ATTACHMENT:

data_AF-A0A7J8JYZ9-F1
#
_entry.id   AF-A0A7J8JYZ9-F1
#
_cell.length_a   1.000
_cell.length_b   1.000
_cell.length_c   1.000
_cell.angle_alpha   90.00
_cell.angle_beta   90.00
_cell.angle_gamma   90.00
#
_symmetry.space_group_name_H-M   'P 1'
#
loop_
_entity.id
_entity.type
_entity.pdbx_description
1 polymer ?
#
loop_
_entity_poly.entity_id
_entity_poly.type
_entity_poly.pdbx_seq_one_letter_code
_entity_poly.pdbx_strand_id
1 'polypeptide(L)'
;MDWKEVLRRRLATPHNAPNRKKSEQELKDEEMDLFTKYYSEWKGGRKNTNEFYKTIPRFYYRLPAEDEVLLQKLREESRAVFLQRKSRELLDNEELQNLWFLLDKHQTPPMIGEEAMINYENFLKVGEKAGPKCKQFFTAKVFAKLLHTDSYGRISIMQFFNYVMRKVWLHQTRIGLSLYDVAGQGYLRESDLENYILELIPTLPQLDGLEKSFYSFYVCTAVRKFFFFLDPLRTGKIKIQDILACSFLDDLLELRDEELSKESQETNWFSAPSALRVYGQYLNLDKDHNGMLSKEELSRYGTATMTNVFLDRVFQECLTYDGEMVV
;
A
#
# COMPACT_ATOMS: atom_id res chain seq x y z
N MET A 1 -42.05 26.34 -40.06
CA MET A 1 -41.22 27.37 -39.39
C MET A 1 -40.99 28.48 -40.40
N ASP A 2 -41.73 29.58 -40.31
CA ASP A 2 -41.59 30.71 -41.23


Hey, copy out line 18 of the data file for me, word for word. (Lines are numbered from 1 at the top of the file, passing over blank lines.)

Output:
1 polymer ?